The Seven Billion Dollar Man

[Update: The actual figure turns out to be over $7 billion, if you include all aid since 1995 and add in Kim Dae Jung’s $500M bribes. It still excludes money from South Korean corporations, and of course, aid from the U.N. or other countries. South Korea now provides 46% of North Korea’s support. h/t The Nomad.]

Let’s briefly review where we’ve been with North Korea over the last year — missile tests, nuclear scares, crude insults, food aid stolen from hungry people, and the burgeoning flight of refugees. In light of all this, I would really like to hear South Korea’s explanation of just what its $3.13 billion (with a “b”) contribution to Kim Jong Il’s Hennessey fund has bought for the cause of peace. That’s just since 2003, mind you. Unacceptable answers include submarines, artillery, MiG-29’s, and missiles, but we’ll give partial credit for “cirrhosis.”

I presume that figure excludes indirect aid, such as the money-losing Kumgang project that the South Korean government has coerced Hyundai Asan into maintaining. Yes, we know where that money is going, too. Can you see the collision course between that aid and the U.S. Treasury Department? How about now?

U.S. Treasury Secretary Henry Paulson reportedly asked his South Korean counterpart on Thursday to help block illicit financial transactions conducted by North Korea.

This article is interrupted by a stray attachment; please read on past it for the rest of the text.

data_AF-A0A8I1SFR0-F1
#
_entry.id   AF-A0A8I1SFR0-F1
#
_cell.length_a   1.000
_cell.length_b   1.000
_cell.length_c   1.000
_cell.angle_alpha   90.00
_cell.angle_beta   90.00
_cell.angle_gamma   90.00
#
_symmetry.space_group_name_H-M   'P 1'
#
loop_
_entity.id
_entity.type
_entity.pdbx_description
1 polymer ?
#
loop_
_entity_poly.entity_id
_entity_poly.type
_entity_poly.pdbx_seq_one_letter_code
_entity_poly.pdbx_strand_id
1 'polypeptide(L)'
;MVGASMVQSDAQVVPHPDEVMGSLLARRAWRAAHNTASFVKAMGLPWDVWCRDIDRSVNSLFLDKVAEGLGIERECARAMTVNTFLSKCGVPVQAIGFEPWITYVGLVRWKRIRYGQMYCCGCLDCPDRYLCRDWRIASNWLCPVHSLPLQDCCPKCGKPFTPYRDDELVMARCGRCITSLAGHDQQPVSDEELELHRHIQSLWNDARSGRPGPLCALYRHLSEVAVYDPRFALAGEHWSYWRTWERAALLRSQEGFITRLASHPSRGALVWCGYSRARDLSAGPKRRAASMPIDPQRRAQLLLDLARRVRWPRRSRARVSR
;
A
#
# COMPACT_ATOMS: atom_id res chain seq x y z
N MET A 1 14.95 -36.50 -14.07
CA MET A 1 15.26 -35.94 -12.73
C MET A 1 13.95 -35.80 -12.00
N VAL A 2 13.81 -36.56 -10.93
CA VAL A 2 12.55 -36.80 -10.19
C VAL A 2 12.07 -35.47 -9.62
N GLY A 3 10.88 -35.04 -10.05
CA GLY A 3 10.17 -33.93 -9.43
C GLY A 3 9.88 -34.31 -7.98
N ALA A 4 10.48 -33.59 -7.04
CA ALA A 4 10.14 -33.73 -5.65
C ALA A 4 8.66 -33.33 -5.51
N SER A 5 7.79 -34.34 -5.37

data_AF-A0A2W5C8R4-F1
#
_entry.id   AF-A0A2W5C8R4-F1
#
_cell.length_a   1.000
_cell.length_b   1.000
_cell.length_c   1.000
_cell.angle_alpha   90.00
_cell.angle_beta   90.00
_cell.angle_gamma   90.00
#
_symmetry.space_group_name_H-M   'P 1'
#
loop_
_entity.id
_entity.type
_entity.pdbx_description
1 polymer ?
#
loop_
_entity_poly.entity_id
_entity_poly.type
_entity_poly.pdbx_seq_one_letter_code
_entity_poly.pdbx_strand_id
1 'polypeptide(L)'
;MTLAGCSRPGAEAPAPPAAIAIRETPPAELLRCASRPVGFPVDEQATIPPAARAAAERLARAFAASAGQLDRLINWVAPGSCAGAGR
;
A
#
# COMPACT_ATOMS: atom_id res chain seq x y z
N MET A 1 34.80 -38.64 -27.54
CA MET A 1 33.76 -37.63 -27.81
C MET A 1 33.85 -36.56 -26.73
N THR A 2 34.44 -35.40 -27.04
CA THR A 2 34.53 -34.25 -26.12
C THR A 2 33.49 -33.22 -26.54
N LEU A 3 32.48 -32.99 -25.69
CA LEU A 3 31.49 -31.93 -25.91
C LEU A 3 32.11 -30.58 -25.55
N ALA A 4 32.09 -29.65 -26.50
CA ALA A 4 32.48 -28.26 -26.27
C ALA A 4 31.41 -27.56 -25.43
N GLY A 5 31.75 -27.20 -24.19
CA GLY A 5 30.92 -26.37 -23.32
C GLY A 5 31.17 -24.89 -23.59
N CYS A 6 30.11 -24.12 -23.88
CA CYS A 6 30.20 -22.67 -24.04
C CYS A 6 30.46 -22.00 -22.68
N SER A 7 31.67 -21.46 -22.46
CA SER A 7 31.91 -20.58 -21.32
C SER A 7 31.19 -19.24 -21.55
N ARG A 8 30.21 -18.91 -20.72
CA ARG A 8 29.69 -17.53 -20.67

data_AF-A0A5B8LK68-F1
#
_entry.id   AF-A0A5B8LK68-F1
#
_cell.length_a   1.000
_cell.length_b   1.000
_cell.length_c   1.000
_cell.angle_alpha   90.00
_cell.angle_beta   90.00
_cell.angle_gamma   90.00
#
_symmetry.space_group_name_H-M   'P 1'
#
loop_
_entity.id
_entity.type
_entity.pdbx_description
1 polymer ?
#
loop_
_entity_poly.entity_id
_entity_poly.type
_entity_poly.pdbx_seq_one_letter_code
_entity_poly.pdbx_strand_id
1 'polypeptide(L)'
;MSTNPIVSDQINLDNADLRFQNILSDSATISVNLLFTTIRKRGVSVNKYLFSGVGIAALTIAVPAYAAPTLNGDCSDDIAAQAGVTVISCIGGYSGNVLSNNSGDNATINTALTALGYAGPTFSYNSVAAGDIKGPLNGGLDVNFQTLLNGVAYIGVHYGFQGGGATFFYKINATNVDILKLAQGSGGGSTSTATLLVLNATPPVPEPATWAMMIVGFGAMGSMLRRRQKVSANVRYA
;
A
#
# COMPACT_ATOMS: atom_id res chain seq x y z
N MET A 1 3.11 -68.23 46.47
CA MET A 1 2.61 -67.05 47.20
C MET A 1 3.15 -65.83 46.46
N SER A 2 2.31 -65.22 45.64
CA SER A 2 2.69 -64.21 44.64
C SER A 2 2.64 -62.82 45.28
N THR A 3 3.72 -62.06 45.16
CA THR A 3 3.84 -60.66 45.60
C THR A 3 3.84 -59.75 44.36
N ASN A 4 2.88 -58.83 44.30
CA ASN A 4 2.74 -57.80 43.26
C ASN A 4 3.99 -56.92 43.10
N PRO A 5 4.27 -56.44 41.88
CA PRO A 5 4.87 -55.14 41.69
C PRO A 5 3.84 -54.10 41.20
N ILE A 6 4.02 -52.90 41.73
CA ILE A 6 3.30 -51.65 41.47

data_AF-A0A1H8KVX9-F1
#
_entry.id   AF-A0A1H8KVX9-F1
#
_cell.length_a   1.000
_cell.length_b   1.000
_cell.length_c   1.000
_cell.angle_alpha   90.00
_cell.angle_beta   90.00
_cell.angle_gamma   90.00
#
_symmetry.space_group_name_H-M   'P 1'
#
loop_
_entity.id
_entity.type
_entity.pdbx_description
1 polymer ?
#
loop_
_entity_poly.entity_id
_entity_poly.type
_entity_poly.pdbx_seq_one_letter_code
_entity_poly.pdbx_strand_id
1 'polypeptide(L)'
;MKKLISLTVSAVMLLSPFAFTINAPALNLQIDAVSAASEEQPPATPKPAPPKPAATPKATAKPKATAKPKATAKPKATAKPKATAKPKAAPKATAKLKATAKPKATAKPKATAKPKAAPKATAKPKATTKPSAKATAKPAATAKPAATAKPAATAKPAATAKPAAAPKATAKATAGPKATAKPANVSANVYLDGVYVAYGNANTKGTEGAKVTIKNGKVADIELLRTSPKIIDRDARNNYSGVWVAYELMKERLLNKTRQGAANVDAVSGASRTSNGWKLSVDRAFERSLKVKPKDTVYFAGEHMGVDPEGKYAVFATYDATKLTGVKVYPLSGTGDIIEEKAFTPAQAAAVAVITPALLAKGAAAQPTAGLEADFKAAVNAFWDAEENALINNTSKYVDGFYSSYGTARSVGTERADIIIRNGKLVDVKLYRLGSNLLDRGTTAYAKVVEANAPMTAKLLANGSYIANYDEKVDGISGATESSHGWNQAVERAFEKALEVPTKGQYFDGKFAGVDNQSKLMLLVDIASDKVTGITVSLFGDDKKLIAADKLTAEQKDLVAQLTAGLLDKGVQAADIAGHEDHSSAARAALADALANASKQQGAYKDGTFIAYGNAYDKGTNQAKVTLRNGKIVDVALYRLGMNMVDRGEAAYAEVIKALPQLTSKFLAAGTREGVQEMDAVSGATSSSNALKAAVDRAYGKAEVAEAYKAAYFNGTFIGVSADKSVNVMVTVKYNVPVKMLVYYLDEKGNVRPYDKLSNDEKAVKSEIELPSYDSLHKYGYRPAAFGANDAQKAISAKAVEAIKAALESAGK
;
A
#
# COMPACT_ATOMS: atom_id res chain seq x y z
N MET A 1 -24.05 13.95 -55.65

A government source said the request was made on the sidelines of the Asia-Pacific Economic Cooperation (APEC) forum’s finance ministers meeting in Hanoi.

In the first-ever meeting between the top financial policymakers of the two countries, Paulson stressed to Minister of Finance and Economy Kwon O-kyu that closer cooperation on this matter was needed to prevent the spread of weapons of mass destruction. Washington maintains that North Korea actively sells weapons and sponsors the spread of weapons technology that could threaten peace and stability around the world.

The United States has been pushing for a new monitoring system at the APEC gathering that would make it harder for countries to funnel illicit money through financial institutions.

In response, Kwon told the treasury secretary that taking action against North Korea is not something that can be handled within the jurisdiction of the finance ministry. He said such issues had to be discussed with the foreign ministry and other national defense agencies.

Prediction: this will come up when Roh Moo-Hyun visits President Bush. And it will get ugly and public. If the United States manages to get South Korea to cut Kim Jong Il off, then Kim Jong Il’s survival is down to aid from China and Russia, plus whatever proceeds he can filter through Stuart Levey’s net. Russia’s banks aren’t about to go the way of Banco Delta Asia and face the wrath of PATRIOT 311, and we’ve already seen signs that China isn’t willing to pay that price, either.

Richardson writes that South Korea must choose sides. That time appears to have come.